It needs to be understandable and actually support your message

As Stephen Kosslyn pointed out in his book “Clear and to The Point” using actual biomedical data, data can be presented in a variety of ways – in a table or in various visualisations. Graphs can be plotted in a variety of ways. Some will be more conducive to supporting your message than others. If it was “all about the data”, it would matter little how you present it – but in fact, that “how” can help or hinder your success considerably.

Data that is not seen or understood cannot make your case for you, but even success until now is for naught, if your presentation is not also remembered. If the audience has forgotten everything by the time they reach home, or even by the time they leave the room, then your goal remains unfulfilled. The knowledge you presented will not have been transferred in a sustainable fashion and the situation will, by and large, be as if you hadn’t delivered the presentation in the first place.

To this end, you not only need to ensure that your content is presented in a memorable fashion (I already talked about this point when writing about storytelling in scientific presentation). You also need to ensure that the volume of content you present is “rememberable” and doesn’t simply overload the cognitive capabilities of the audience. As I pointed out before:

It is self-defeating to try and be comprehensive in a scientific presentation. It’s preferable if the audience remembers 3 of 3 points than 0 points out of 10 you made!

Use your professional expertise to gauge what information the audience will need as a minimum to consider your message as well-founded and adjust the information to your allotted time frame. You may want to prepare any other data you have for the Q&A session, but you should keep the presentation itself as tightly focused as possible.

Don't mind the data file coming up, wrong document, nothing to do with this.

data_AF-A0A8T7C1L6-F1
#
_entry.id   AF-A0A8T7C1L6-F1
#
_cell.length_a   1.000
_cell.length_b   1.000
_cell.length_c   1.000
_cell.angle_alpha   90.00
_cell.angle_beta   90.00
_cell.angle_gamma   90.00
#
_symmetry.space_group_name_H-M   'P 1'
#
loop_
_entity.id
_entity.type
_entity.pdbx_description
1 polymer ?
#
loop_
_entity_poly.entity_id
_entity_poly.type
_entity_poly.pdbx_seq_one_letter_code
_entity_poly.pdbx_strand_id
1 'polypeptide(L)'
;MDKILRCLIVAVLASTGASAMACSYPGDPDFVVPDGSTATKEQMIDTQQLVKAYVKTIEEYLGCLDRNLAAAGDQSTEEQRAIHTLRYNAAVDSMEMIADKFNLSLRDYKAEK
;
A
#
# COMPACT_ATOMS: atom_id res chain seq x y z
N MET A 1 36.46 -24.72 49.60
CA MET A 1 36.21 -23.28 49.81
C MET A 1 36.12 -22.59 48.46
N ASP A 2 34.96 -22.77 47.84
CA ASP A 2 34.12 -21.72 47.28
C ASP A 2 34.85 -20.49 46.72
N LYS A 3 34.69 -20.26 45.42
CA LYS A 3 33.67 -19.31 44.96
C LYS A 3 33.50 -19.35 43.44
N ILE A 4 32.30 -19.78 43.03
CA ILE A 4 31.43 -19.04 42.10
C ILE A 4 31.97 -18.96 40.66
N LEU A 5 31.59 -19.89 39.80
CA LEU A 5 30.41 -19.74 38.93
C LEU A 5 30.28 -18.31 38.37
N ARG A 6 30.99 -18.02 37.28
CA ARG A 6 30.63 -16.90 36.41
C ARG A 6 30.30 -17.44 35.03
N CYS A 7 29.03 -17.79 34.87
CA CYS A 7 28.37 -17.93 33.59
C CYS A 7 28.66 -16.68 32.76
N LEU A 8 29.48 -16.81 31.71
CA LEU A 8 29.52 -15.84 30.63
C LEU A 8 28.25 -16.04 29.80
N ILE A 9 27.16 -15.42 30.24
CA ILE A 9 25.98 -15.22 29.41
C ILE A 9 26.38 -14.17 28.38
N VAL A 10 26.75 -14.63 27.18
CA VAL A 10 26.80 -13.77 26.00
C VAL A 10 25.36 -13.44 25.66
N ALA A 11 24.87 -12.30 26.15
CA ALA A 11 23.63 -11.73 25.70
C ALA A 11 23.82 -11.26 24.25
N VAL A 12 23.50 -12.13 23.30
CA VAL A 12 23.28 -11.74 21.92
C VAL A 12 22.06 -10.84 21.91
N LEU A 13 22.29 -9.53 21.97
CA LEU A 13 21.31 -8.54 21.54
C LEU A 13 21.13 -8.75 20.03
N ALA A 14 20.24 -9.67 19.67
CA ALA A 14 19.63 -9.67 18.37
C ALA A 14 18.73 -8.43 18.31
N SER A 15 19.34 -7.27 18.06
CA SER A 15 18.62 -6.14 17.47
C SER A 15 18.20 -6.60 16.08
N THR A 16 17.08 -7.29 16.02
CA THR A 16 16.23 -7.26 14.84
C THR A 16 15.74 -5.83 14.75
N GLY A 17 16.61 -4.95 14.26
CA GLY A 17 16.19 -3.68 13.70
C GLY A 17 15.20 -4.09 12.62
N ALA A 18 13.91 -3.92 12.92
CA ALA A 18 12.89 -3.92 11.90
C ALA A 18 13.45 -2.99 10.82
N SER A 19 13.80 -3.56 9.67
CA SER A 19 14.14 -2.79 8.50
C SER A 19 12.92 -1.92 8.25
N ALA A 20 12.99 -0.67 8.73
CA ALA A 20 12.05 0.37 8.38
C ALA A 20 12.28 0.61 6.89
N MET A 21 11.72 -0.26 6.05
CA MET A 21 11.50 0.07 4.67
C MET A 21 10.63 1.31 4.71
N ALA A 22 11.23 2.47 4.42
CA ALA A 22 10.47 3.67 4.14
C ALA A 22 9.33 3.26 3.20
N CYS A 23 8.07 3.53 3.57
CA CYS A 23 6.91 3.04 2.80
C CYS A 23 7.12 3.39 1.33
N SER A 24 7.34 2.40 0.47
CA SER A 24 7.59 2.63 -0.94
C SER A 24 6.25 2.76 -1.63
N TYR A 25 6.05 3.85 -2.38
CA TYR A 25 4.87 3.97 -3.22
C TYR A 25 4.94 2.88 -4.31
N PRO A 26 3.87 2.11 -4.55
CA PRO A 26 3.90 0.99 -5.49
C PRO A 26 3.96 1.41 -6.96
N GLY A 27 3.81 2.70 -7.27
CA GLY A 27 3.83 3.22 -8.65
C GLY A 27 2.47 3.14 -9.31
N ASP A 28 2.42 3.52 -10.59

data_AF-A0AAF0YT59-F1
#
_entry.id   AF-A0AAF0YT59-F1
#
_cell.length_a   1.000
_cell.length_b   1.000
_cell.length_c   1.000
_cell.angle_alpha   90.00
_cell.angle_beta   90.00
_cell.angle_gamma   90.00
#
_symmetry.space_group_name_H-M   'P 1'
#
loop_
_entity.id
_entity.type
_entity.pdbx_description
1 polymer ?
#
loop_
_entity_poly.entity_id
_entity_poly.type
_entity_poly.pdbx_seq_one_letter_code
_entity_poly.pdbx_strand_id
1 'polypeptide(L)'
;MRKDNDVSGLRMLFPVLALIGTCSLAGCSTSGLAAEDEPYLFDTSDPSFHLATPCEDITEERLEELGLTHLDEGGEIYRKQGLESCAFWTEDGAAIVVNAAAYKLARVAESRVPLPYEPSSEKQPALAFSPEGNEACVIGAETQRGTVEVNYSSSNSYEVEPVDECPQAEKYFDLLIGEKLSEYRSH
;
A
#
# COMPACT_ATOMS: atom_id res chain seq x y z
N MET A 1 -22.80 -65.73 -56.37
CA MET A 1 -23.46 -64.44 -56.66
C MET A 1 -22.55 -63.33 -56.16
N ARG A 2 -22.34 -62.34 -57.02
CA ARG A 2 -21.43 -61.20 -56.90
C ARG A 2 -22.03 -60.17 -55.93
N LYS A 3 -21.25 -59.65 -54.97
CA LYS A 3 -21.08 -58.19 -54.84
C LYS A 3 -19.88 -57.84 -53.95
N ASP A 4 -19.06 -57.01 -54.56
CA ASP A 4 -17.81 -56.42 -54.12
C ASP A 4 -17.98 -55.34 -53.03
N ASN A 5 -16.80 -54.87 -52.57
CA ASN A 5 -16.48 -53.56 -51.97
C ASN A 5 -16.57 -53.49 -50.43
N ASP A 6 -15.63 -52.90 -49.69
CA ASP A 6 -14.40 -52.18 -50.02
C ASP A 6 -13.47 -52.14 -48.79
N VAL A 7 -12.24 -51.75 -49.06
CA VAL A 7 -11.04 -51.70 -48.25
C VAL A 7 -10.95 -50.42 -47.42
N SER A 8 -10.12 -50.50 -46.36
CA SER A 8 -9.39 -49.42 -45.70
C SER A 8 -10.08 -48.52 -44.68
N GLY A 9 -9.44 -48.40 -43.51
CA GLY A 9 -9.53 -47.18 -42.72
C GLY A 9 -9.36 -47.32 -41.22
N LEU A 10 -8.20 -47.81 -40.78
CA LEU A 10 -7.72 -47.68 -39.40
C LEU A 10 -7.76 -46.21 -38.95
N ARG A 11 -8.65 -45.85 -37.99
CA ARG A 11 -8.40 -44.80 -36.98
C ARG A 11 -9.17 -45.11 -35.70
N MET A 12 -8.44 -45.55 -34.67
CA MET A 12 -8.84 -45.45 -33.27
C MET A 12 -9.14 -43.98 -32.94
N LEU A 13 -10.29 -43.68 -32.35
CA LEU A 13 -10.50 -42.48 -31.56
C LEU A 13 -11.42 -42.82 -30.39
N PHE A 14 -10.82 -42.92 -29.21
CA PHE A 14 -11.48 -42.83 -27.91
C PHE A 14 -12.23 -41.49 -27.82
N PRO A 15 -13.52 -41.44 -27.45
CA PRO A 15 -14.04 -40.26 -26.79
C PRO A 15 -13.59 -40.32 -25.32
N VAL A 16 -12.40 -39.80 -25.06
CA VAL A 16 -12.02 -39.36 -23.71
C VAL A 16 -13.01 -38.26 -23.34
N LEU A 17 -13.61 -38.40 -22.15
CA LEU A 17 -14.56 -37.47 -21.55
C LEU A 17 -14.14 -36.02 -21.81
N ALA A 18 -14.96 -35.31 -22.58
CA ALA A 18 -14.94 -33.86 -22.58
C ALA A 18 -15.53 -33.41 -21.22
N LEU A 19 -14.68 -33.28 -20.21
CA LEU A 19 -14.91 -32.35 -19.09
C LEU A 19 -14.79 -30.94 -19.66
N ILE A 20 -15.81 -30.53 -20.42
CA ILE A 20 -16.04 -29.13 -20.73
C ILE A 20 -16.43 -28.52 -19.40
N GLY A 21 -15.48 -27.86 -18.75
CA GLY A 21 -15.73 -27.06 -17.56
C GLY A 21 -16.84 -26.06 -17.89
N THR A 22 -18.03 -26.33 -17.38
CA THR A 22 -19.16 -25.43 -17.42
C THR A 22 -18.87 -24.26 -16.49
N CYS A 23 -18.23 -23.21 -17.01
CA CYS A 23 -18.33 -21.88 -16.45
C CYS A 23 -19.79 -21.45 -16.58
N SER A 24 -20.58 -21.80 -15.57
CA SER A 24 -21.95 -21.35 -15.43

It is not “just about the data”. It is about being clear and to the point, about transferring knowledge and in doing so, creating lasting change.

Your job in delivering a scientific presentation is not to recite data, but to teach your audience something. If your data is not aligned towards that goal, you will not achieve the purpose of your delivering that presentation in the first place.

Oliver Hauss
Oliver is a chemist and molecular biologist who has worked in the in-vitro diagnostics and pharmaceutical industry on the national and international level. Having organised and presented at symposia from the local to the global level, he is now a freelance trainer and consultant helping stakeholders in the healthcare sector bring across scientific content in an engaging and understandable fashion.
Oliver Hauss


  1. Tim

    19th October 2019 at 9:41 pm

    Oliver, this is such an important topic. So many opportunities to use data to help create change are lost because presenters think the audience is responsible for understanding the data. If that were true, why present at all? Just hand over the data set!

    • Oliver

      23rd October 2019 at 12:19 am

      Thank you, Tim. As my bio says, I’ve worked in the healthcare sector. On the one hand, of course, it’s clear that developing new solutions that patients and doctors are waiting for takes time. But it’s infuriating to think that patients out there might not receive help even though a therapy concept that might work or even a prototype medical instrument that would help them exists, but is prevented from being developed further and brought into application by the inability to create change through communicating its value and the evidence for it effectively. And unfortunately, I see this problem at all levels – basic research, marketing or even patient communication by physicians.